From 1946 until the end of his life, Ian Fleming lived for two months of every year at Goldeneye - the house he built on a point of high land overlooking a small white sand beach on Jamaica’s north coast. All the Bond novels and stories were written here.
So much of Bond leads back to Jamaica: the high-end jet-set tourism world in which our hero moves, the relentless attention to race, the aching concern with the end of the Empire and national decline, the awkward new relationship with the United States. Furthermore, the spirit of the island – its exotic beauty, its unpredictable danger, its melancholy, its love of exaggeration and gothic melodrama – infuses the novels.
Fleming threw himself into the hedonistic Jet Set party scene along the north coast: Hollywood giants, and the cream of British aristocracy, the theatre, literary society and the secret services spent their time here drinking and bed-hopping. But while the whites partied, Jamaican blacks, like other colonized people all over the empire, were rising up to demand respect and self-government. And as the imperial hero James Bond – projecting British power across the world – became ever more anachronistic and fantastical, so his popularity soared.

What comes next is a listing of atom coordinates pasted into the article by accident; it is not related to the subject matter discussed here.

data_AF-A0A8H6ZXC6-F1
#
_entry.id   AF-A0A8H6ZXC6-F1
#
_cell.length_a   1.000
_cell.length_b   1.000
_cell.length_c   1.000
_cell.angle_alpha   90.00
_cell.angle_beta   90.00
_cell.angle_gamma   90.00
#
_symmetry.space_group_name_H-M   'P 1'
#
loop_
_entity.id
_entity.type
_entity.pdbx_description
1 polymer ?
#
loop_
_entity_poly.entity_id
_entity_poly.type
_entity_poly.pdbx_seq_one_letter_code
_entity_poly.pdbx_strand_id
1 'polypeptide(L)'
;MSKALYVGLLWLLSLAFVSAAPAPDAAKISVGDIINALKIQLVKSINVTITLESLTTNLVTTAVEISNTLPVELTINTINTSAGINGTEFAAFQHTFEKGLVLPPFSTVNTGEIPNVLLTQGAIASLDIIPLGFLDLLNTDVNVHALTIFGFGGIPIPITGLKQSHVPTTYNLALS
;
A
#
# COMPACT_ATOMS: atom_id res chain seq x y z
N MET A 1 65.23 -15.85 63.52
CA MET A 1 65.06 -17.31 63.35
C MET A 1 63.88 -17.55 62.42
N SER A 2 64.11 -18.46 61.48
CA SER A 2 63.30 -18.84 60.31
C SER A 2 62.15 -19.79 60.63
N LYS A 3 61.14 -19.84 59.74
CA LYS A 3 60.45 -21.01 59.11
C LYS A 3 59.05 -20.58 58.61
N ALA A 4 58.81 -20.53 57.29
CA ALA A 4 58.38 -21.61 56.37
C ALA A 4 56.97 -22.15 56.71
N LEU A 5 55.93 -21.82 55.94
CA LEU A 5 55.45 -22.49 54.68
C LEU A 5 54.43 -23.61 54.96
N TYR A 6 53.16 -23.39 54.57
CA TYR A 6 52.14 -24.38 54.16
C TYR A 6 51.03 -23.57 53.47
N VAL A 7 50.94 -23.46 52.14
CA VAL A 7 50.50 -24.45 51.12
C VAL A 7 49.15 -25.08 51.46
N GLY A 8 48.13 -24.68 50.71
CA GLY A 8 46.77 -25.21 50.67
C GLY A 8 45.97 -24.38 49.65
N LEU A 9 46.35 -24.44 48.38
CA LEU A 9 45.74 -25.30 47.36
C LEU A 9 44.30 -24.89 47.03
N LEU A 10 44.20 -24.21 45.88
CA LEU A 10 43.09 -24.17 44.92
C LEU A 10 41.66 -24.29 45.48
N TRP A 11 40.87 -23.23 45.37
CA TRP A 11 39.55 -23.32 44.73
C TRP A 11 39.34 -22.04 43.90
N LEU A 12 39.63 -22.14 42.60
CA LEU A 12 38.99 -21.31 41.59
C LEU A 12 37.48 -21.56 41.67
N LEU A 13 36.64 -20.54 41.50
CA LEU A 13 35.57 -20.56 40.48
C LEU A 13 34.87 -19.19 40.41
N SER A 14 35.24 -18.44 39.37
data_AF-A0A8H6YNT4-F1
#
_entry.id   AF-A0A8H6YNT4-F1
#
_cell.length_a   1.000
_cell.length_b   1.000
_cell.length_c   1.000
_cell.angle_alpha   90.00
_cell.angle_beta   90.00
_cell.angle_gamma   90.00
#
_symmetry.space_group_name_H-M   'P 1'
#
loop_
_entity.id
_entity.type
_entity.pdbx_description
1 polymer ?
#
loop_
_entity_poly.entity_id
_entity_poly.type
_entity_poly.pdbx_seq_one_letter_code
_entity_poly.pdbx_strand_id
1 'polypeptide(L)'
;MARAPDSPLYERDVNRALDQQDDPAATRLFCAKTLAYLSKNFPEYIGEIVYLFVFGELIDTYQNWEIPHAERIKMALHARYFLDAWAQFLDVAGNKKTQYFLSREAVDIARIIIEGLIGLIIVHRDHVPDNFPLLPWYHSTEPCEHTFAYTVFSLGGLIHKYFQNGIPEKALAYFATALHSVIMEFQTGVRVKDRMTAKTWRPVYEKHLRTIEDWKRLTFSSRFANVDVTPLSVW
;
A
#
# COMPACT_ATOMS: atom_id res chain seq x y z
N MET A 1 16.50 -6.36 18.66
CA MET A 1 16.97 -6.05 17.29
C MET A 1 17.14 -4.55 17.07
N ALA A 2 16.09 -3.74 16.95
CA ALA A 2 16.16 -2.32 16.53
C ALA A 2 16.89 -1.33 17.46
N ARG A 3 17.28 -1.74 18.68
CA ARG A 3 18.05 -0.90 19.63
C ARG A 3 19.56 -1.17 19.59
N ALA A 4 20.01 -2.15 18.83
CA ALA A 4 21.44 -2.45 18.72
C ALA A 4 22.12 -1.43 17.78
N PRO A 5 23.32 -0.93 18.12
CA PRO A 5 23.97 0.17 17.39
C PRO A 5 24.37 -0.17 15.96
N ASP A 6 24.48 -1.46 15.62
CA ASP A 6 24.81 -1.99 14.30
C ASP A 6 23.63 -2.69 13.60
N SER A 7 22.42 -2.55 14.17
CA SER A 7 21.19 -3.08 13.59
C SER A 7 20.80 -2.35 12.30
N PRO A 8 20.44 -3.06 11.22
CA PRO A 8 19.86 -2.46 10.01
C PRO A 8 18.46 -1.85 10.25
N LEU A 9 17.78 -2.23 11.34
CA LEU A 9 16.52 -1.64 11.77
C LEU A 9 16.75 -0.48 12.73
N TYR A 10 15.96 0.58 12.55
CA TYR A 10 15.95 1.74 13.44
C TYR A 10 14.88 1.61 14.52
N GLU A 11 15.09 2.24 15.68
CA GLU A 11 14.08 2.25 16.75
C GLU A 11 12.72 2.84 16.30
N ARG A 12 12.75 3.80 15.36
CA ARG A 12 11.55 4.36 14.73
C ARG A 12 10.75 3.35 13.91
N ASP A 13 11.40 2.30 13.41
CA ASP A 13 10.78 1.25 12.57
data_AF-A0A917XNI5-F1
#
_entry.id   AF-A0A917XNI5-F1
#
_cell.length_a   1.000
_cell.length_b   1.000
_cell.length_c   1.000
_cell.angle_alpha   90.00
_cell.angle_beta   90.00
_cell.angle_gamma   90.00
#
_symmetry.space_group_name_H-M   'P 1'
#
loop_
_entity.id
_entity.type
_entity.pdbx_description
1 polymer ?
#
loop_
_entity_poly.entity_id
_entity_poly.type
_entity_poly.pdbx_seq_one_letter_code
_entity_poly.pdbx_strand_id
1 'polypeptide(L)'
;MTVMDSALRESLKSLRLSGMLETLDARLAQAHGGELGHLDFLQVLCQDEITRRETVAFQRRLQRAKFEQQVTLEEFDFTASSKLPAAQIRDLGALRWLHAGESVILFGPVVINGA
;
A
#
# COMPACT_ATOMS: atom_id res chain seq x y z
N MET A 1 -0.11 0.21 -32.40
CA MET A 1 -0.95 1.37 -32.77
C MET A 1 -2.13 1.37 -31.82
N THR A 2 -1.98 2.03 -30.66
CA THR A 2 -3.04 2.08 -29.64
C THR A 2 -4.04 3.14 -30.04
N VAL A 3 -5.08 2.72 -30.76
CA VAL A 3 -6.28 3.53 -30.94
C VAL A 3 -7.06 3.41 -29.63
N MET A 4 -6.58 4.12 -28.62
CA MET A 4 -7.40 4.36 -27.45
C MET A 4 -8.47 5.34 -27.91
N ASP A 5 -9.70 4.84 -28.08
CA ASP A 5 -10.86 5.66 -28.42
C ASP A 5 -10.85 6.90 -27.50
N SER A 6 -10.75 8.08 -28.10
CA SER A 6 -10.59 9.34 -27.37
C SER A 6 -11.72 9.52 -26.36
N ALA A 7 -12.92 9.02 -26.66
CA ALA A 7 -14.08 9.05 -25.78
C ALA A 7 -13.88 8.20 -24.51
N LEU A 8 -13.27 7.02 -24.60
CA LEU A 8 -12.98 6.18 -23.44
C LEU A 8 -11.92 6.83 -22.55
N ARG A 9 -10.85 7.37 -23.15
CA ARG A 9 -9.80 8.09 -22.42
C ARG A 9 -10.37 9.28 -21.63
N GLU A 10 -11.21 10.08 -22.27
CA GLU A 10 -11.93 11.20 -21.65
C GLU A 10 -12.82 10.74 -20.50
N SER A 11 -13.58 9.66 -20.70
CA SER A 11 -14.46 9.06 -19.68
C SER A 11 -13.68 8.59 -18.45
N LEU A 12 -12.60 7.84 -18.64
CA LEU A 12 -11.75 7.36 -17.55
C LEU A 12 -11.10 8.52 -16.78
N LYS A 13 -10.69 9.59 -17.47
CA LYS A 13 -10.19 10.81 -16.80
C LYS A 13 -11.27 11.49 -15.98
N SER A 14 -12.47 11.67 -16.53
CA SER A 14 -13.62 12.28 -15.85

Drawing on extensive interviews with Ian’s family, his Jamaican lover Blanche Blackwell and many other Jamaicans, and timed to be released around the 50th anniversary of Fleming’s death, GOLDENEYE is a thoroughly researched and original account of a comparatively neglected but crucially important part of Ian Fleming’s life and work.
Matthew was born in El Salvador in 1970 to an English expatriate family and spent part of his childhood in the West Indies. He now lives in the rather untropical East End of London with his family and annoying dog. READ MORE>>